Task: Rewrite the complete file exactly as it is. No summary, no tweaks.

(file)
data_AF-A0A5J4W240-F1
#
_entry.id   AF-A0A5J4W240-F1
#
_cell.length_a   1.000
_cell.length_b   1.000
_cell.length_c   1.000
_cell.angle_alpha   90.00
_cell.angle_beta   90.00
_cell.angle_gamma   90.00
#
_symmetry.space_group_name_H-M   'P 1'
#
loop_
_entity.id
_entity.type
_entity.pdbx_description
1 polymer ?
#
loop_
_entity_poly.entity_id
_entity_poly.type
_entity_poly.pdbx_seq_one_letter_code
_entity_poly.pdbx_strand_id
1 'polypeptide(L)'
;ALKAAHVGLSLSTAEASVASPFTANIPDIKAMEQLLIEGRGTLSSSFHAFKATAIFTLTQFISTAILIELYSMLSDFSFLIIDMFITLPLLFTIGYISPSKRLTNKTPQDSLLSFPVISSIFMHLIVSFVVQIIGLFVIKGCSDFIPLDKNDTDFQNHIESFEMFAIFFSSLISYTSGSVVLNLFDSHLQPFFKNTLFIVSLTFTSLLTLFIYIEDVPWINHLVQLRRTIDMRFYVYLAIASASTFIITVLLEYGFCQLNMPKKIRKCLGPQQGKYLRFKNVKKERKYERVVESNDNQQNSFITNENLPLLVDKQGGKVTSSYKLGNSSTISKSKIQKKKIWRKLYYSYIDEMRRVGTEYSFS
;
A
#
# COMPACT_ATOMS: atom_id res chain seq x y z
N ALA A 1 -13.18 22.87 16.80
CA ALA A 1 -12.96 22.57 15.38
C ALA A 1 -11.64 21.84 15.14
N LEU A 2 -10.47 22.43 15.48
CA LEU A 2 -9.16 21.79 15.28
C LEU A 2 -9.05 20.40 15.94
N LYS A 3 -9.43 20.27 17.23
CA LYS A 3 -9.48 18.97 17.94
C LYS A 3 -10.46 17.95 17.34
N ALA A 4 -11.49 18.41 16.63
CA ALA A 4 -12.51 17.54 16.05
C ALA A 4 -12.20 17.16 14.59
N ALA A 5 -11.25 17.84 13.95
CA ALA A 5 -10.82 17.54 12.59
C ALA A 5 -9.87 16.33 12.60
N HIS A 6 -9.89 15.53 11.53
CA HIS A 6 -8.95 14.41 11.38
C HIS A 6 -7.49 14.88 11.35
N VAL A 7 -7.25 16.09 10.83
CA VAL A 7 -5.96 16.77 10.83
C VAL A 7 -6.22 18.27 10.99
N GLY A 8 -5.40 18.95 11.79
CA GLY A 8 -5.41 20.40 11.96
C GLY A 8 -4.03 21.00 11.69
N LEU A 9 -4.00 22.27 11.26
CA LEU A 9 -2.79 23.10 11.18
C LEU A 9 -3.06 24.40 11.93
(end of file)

data_AF-A0A5J4W240-F1
#
_entry.id   AF-A0A5J4W240-F1
#
_cell.length_a   1.000
_cell.length_b   1.000
_cell.length_c   1.000
_cell.angle_alpha   90.00
_cell.angle_beta   90.00
_cell.angle_gamma   90.00
#
_symmetry.space_group_name_H-M   'P 1'
#
loop_
_entity.id
_entity.type
_entity.pdbx_description
1 polymer ?
#
loop_
_entity_poly.entity_id
_entity_poly.type
_entity_poly.pdbx_seq_one_letter_code
_entity_poly.pdbx_strand_id
1 'polypeptide(L)'
;ALKAAHVGLSLSTAEASVASPFTANIPDIKAMEQLLIEGRGTLSSSFHAFKATAIFTLTQFISTAILIELYSMLSDFSFLIIDMFITLPLLFTIGYISPSKRLTNKTPQDSLLSFPVISSIFMHLIVSFVVQIIGLFVIKGCSDFIPLDKNDTDFQNHIESFEMFAIFFSSLISYTSGSVVLNLFDSHLQPFFKNTLFIVSLTFTSLLTLFIYIEDVPWINHLVQLRRTIDMRFYVYLAIASASTFIITVLLEYGFCQLNMPKKIRKCLGPQQGKYLRFKNVKKERKYERVVESNDNQQNSFITNENLPLLVDKQGGKVTSSYKLGNSSTISKSKIQKKKIWRKLYYSYIDEMRRVGTEYSFS
;
A
#
# COMPACT_ATOMS: atom_id res chain seq x y z
N ALA A 1 -13.18 22.87 16.80
CA ALA A 1 -12.96 22.57 15.38
C ALA A 1 -11.64 21.84 15.14
N LEU A 2 -10.47 22.43 15.48
CA LEU A 2 -9.16 21.79 15.28
C LEU A 2 -9.05 20.40 15.94
N LYS A 3 -9.43 20.27 17.23
CA LYS A 3 -9.48 18.97 17.94
C LYS A 3 -10.46 17.95 17.34
N ALA A 4 -11.49 18.41 16.63
CA ALA A 4 -12.51 17.54 16.05
C ALA A 4 -12.20 17.16 14.59
N ALA A 5 -11.25 17.84 13.95
CA ALA A 5 -10.82 17.54 12.59
C ALA A 5 -9.87 16.33 12.60
N HIS A 6 -9.89 15.53 11.53
CA HIS A 6 -8.95 14.41 11.38
C HIS A 6 -7.49 14.88 11.35
N VAL A 7 -7.25 16.09 10.83
CA VAL A 7 -5.96 16.77 10.83
C VAL A 7 -6.22 18.27 10.99
N GLY A 8 -5.40 18.95 11.79
CA GLY A 8 -5.41 20.40 11.96
C GLY A 8 -4.03 21.00 11.69
N LEU A 9 -4.00 22.27 11.26
CA LEU A 9 -2.79 23.10 11.18
C LEU A 9 -3.06 24.40 11.93